Shocked Zynga investors get a penny per share
Still losing users and money in general though
Zynga has shocked analysts by somehow coming up with a cent in earnings for each one of its shares.
The online gaming firm, which is struggling to retain its users, was expected to come up with a loss of three cents per share for investors, but managed to grab them a penny instead.
That did not make the rest of its financial results look much better though. Zynga still made a net loss in the fourth quarter of $209m, while its revenue for the quarter was the same as last year's, but bookings were down 15 per cent.
For the full year, the social gaming firm made just $1.28bn in revenue, up just 12 per cent from 2011, but bookings slipped 1 per cent down to $1.15bn. Zynga now expects the first quarter of 2013 to yield revenue of between $255m and $265m, down around 20 per cent from the same quarter last year.
Zynga was hot property just two years ago, but users have started to tire of the firm's Farmville and Cityville games. Like so many other tech firms, Zynga lagged in its move to mobile, underestimating how quickly folks would abandon their laptops.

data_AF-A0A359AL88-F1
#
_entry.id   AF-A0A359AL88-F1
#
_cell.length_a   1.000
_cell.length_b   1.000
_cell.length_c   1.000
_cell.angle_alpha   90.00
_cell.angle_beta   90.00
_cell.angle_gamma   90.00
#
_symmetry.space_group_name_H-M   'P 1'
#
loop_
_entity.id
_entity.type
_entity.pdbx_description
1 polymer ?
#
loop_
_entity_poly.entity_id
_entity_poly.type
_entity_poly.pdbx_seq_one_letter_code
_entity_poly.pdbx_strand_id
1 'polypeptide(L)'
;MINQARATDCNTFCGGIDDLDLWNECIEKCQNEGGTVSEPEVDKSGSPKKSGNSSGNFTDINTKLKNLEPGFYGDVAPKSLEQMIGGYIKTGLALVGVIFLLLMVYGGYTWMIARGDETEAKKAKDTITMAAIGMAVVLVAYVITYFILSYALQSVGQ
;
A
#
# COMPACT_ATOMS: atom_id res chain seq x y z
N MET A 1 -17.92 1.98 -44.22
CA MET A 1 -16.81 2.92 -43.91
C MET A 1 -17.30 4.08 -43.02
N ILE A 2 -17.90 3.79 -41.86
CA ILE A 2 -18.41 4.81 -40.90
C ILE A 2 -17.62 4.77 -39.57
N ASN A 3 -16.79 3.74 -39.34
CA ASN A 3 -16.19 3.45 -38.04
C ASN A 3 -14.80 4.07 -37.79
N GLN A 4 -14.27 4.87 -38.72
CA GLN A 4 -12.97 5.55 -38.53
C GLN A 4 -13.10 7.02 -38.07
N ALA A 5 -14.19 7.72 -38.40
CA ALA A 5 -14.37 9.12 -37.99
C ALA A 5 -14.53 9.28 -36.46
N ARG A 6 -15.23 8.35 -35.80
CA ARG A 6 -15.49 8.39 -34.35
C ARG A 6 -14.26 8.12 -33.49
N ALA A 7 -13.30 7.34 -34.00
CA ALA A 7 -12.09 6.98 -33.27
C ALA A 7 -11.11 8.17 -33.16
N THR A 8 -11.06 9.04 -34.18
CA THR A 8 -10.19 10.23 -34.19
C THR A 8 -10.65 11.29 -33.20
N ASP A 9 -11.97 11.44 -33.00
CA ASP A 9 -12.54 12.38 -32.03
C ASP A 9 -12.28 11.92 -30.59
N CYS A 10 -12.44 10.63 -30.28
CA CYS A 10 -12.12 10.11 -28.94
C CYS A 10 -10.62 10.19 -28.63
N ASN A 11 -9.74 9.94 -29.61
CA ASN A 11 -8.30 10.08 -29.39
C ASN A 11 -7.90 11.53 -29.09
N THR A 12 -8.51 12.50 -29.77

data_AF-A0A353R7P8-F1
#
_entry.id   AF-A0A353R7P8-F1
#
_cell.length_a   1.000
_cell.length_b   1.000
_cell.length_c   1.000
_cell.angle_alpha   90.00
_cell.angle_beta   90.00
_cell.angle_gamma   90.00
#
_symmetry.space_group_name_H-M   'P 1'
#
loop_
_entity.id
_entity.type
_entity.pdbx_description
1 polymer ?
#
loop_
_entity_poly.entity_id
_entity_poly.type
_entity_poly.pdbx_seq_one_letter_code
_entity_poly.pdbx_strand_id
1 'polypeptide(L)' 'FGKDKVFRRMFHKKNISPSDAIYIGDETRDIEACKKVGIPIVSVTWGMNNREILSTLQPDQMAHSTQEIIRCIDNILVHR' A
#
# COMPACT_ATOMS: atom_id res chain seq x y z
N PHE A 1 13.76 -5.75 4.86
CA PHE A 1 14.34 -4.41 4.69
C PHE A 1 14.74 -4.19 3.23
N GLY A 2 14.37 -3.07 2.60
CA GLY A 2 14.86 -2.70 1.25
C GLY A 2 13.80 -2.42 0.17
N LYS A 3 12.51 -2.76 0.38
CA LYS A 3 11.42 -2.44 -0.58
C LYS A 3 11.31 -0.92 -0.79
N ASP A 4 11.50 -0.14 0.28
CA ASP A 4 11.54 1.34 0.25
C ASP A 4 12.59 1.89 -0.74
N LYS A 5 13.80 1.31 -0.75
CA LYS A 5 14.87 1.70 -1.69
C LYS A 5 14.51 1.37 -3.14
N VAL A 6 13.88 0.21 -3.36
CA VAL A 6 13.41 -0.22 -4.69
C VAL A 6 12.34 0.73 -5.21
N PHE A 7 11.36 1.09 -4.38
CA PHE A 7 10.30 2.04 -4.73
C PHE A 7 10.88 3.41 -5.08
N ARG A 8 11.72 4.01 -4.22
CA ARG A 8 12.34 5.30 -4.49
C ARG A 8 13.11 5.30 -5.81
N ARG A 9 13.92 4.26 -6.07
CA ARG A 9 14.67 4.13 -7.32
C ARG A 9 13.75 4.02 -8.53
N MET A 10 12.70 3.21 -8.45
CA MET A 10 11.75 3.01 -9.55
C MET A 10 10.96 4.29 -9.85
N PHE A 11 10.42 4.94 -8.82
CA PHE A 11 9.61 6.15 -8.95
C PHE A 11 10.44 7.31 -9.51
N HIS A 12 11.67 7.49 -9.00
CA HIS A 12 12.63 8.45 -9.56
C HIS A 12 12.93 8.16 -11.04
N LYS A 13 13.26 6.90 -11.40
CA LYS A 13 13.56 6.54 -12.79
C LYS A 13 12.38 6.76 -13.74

While its daily active users are up slightly from the last quarter of 2011 - to 56 million from 54 million - the number is nonetheless down from the third quarter, when 60 million people were logging on. In response, Zynga has been ruthlessly axing games that don't work out, including Cityville 2, which only launched in the fourth quarter. ®
They should be fed their own dogfood
Don't give them dividends in USD. Give them Zynga points, good for one wheelbarrow, Hawaiian shirt, Miso soup recipe or some other virtual item in one of their shitty skinner box "games". Let the investors see what they're investing in.
Zynga's stable of timewasters and their "post some shite as status" features were a huge factor in driving me off New Facebook. Even more than the morons, pictures of offspring, copy/pasted mumbo-jumbo, &c.
I guess what I'm saying is I'm grateful to them.
@Kevin Johnson Re: Nice distinction there
I recommend that you consult the Oxford English Dictionary. It's on the internet nowadays; which is nice of them.